UPDATED Consultant: APD should hand off animal shelter, jail
Updated 10:33 p.m. Tuesday, June 2
A just-released consultant’s report suggests the Alameda Police Department consider shuttering its jail and contracting with a non-profit to operate its animal shelter in an effort to save money. But its authors stopped short of recommending further staff cuts.
Both options had been listed as potential cost-savings measures in an October 2008 memo from Police Chief Walter Tibbet to then-City Manager Debra Kurita submitted to help the city make needed mid-year budget cuts.
Tibbet, who said he was glad the consultants recognized the quality of Alameda’s police services, said he will consider the recommendations.
“If I had my druthers, I wouldn’t make those cuts. I think we’re very well served,” Tibbet said. “But given the economic circumstances that we find ourselves in, we have to make reductions.”
He said the department has looked at models for management of the animal shelter. (Closing the jail, he said, would add costs.)
Another recommendation to cut a lieutenant and two sergeants has already been followed.
The report from ICMA Consulting Services, which did a similar review of the city’s fire department, says the department is well-managed and operated, including the services that it says the department should hand off to someone else. And it says the department has few opportunities to reduce costs without harming service. From the report:
The on-site visit, a review of departmental policies and procedures, and interviews with individual officers, members of police management, and elected officials led us to conclude that there is a limited opportunity to reduce some costs within the police department and that there are no significant savings to be had without seriously affecting the current performance of the agency.
Still, the report’s authors say the department should consider shuttering its jail, which costs $800,000 to operate, and handing off responsibility for the city’s animal shelter, which costs $649,000 to run and is supervised by the lieutenant in charge of the department’s investigations division, who the report says should be focused on that job.
The report also recommends a reshuffling of the department’s investigations division that would include cutting a lieutenant’s position and two sergeants. It suggests cutting the sergeant in charge of the department’s narcotics division, at a savings of $194,707, and the sergeant in charge of the identification unit, as well as the department’s lieutenant in charge of operations, for a savings of $255,525. Sergeants in charge of narcotics and the department’s juvenile division have already been cut, as has a lieutenant from operations.
The department had 17 sergeants, which the report’s authors said was unusual for a department of Alameda’s size. APD had 99 sworn officers, including management, and 44 civilian staff, before cuts were made as part of earlier, citywide layoffs.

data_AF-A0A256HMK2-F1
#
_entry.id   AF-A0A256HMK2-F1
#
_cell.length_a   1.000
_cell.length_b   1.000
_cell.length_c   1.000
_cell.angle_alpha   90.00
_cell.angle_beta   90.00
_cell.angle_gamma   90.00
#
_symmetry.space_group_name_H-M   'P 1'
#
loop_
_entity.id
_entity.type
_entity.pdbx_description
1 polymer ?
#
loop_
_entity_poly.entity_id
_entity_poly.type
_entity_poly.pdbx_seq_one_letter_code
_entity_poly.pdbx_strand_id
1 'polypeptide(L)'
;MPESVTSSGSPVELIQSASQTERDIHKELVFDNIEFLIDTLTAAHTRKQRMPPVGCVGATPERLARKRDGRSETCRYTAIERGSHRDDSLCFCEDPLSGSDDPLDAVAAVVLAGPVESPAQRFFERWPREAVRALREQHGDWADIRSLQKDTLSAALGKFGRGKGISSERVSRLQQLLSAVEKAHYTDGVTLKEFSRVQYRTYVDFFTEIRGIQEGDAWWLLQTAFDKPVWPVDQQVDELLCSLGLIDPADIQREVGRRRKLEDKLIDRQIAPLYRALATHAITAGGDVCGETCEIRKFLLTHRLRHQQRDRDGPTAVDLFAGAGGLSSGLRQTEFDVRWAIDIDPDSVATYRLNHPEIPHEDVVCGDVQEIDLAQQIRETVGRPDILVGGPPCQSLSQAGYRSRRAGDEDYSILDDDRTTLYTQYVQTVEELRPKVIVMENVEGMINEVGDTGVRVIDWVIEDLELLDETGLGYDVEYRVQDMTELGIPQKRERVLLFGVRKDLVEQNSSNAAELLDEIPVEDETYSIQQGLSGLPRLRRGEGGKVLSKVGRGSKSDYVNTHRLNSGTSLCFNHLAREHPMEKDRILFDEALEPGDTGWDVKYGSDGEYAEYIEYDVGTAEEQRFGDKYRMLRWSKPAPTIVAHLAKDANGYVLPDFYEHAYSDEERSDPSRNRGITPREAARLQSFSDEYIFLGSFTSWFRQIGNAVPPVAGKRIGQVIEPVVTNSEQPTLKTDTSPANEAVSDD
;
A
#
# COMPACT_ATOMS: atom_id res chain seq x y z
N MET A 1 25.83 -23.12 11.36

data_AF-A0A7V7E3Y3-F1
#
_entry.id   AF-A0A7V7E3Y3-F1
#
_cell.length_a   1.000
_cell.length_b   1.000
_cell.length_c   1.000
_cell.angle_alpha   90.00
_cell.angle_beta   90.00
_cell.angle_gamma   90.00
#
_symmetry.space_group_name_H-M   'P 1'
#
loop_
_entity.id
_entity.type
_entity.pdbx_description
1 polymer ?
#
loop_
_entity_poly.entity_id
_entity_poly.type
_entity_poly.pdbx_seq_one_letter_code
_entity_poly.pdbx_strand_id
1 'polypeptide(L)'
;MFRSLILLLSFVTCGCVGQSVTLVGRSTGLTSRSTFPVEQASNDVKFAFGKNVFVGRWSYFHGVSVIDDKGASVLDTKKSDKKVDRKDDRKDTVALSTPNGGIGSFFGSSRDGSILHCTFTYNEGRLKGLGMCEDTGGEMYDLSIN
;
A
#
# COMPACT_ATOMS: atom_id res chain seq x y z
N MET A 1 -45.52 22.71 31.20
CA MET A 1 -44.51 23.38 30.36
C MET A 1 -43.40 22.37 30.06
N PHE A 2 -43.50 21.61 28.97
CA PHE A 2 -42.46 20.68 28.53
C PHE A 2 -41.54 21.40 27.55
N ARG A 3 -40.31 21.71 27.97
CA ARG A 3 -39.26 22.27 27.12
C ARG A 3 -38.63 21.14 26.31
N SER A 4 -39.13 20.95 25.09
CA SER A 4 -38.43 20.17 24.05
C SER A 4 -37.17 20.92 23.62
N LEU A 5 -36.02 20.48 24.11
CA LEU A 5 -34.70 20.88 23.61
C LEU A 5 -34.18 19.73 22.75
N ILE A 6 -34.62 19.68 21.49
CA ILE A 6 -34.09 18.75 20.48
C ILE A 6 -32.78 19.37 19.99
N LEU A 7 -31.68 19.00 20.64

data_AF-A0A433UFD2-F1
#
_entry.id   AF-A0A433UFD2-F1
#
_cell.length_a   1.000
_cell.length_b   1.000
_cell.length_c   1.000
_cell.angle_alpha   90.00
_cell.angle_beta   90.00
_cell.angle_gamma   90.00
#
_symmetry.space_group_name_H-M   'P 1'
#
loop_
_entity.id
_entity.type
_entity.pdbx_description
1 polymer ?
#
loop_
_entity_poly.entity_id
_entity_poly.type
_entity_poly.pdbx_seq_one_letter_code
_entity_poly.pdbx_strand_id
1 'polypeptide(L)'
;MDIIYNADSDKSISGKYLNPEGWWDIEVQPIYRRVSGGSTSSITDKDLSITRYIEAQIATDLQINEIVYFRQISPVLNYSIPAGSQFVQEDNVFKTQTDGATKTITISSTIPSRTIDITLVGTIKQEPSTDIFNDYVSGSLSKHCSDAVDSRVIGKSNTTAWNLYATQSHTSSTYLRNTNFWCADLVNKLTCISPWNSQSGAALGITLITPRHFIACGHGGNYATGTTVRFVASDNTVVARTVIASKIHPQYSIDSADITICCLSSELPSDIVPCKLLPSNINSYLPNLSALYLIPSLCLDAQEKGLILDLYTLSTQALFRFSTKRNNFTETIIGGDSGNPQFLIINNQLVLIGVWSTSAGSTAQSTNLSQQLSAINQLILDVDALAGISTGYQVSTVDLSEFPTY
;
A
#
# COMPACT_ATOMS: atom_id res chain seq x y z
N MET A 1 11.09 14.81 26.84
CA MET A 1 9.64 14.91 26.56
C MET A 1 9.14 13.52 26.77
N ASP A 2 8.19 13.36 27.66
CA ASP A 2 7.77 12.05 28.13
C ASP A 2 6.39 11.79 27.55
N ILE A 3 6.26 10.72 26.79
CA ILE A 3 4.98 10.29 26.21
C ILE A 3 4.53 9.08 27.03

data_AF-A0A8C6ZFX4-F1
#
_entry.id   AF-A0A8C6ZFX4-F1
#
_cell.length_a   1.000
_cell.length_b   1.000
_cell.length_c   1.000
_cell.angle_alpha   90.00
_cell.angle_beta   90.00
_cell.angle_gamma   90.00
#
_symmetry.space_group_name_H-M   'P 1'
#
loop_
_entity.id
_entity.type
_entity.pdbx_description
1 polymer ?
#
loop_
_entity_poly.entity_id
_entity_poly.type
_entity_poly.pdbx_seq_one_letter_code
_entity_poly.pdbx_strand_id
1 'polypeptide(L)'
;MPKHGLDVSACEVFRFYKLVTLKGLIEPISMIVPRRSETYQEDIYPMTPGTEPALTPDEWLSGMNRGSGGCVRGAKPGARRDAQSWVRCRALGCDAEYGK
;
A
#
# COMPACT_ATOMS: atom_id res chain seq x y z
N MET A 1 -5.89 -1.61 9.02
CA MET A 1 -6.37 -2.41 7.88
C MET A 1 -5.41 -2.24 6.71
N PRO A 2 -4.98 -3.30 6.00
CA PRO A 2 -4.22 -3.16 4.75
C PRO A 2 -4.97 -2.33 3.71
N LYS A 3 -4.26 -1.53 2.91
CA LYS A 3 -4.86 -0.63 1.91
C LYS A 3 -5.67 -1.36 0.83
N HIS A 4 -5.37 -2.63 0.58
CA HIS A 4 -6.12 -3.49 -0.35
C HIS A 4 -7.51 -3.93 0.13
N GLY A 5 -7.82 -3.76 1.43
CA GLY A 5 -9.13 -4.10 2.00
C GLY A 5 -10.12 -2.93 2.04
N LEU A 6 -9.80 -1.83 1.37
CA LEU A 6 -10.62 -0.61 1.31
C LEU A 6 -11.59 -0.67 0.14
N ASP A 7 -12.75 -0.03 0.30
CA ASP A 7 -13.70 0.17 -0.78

The report also suggests switching officers from 10-hour shifts to 12-hour shifts, which it says would give the department’s leaders better flexibility in assigning work and would mean fewer days of work for officers (many of whom, according to the report, face long commutes to get here). Tibbet said that is not being considered.
Its authors also suggest the department consider hiring a deputy chief and upgrading its communications equipment when the economy turns around and there’s money available.
Alameda Police Sgt. Joe McNiff, who heads the department’s police officers association, said he was heartened by the glowing review the report’s authors gave the department.
He said that while he’s not thrilled about the loss of promotional opportunities for the department’s officers, he understands the financial position the city is in and he’s hopeful the department can regain some of the positions it has lost when the economy turns around.
“We understand that with the city going through the financial mess they’re going through right now, we are trying to help them work through it the best that we can,” McNiff said.
Tibbet’s October budget cut memo to Kurita suggested that city leaders consider handing off the animal shelter to an outside entity but that they hold off on closing the jail. Tibbet’s memo also suggested that the city consider cutting the lieutenant’s position and shuttering the department’s narcotics division but that it should hold off on eliminating its identification unit, which he said would put more work on patrol officers. It also contemplated shifting officers’ schedules.
The operational report is preceded by about 45 pages of data laying out the number of calls the department got between July 2007 and June 2008 (about 50,000) and what type of calls it responded to (about 30 percent were traffic calls, 30 percent were for suspicious incidents, 15 percent investigations and 12 percent for crimes).